Cheryl and I drove over to visit Mom for lunch. We met Dad there too.
It was a sunny-but-cold day in Arkansas, so cold you could feel it in your hands and feet long after you came inside.
We were seeing Mom for the tenth time that week, our tenth visit since she’d moved into a full-time care facility.
The four of us sat down at the table together. Without saying a word, we understood that this was a difficult stretch in the journey … for all of us.
Mom was in good spirits, though. She seemed like her old self, even as her memory was clearly fading. Many of the details from her life—from our lives—now eluded her.
As Mom finished the last bites of her lunch, I found myself getting fidgety.
I stood up and walked over to a piano in the corner of the room. One of the ladies sitting nearby looked up at me and said, “Play us a tune!” I smiled and reached for a book that was lying above the keyboard. The title read SONGS OF THE CHURCH.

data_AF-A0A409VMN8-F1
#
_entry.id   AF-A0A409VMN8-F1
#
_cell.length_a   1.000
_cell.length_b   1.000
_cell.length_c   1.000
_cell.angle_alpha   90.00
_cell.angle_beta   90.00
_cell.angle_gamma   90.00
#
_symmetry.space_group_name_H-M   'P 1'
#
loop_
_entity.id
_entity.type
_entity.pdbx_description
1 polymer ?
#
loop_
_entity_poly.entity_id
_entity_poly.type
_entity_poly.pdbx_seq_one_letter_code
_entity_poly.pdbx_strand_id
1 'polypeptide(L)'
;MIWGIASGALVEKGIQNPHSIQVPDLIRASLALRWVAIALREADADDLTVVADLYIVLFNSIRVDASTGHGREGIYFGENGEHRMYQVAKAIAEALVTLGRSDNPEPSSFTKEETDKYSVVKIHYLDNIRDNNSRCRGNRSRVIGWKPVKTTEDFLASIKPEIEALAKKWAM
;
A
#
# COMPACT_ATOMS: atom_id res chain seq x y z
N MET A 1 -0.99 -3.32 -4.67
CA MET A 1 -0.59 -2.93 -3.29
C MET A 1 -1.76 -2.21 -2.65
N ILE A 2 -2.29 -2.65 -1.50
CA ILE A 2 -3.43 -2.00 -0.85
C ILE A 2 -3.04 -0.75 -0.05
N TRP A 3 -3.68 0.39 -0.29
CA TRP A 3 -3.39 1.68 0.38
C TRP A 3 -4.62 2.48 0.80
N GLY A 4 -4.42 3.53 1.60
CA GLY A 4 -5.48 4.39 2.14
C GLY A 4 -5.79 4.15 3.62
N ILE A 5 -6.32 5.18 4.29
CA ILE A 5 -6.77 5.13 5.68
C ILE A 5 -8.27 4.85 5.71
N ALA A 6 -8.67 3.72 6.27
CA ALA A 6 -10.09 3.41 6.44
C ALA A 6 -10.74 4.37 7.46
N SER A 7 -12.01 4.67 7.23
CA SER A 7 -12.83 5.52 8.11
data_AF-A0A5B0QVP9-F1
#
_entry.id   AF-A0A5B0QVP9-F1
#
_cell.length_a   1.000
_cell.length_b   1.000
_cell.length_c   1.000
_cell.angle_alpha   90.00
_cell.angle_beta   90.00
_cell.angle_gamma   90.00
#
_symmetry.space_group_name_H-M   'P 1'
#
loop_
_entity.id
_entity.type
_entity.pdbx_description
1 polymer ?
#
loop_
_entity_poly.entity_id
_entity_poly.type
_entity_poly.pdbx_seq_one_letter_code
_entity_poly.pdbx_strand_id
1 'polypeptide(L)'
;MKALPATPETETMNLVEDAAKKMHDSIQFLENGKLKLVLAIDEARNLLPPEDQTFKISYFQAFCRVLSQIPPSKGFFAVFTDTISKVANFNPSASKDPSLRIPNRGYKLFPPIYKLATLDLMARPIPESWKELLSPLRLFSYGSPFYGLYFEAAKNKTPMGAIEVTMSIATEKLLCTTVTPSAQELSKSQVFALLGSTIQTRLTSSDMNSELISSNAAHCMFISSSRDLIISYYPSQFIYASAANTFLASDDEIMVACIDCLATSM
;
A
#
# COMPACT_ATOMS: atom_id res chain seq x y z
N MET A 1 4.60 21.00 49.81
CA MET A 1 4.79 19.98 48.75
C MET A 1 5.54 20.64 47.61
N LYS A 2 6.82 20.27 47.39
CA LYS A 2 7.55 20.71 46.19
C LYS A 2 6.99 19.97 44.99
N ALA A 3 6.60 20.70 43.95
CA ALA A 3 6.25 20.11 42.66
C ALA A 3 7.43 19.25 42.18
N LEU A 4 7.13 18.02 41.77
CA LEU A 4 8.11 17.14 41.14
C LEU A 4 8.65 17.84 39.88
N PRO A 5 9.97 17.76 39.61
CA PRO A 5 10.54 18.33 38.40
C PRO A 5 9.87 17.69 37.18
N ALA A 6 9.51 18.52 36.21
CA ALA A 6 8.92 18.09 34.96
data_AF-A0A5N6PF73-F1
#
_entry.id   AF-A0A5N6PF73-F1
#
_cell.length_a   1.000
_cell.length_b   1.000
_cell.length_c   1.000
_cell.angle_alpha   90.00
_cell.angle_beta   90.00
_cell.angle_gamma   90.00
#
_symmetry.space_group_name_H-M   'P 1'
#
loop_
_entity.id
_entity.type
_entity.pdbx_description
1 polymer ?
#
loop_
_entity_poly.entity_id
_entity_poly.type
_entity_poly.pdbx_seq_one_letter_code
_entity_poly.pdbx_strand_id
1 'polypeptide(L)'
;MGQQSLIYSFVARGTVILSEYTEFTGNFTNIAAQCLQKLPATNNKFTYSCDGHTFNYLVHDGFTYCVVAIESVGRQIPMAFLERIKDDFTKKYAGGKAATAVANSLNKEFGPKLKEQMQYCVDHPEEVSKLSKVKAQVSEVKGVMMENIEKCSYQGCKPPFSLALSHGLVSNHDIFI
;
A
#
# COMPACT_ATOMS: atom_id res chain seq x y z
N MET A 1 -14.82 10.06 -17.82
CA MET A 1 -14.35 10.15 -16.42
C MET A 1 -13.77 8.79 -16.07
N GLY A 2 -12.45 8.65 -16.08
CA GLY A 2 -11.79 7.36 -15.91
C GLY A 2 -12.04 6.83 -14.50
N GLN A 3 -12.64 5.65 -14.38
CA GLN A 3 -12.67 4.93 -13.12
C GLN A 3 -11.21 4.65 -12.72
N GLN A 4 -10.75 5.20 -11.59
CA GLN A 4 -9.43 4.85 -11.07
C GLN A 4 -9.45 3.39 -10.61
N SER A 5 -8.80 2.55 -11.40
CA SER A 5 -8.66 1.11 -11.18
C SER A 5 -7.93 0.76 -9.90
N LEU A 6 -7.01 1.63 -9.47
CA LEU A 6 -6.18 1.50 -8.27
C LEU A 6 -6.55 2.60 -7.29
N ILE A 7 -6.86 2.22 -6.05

I stepped back over to the table, and started a conversation about songs.
“Cheryl, do you remember this one?”
“Dad, what’s your favorite?”
Pretty soon, our talking turned into actual singing.
“Amazing Grace, how sweet the sound …”
“Would you be free from the burden of sin? There’s pow’r in the blood, pow’r in the blood …”
“Standing on the promises of Christ my King …”
A woman name Lucille pulled her chair over to our table. Another lady named Mary joined in from not too far away. Others sat by and watched, and there was the sound of occasional clapping floating in from the room next door.
We were making a spectacle, but no one seemed to mind.
And singing best of all … in a beautiful soprano voice … was the woman across the table from me—Marilyn Jean Allen—who remembered every single line.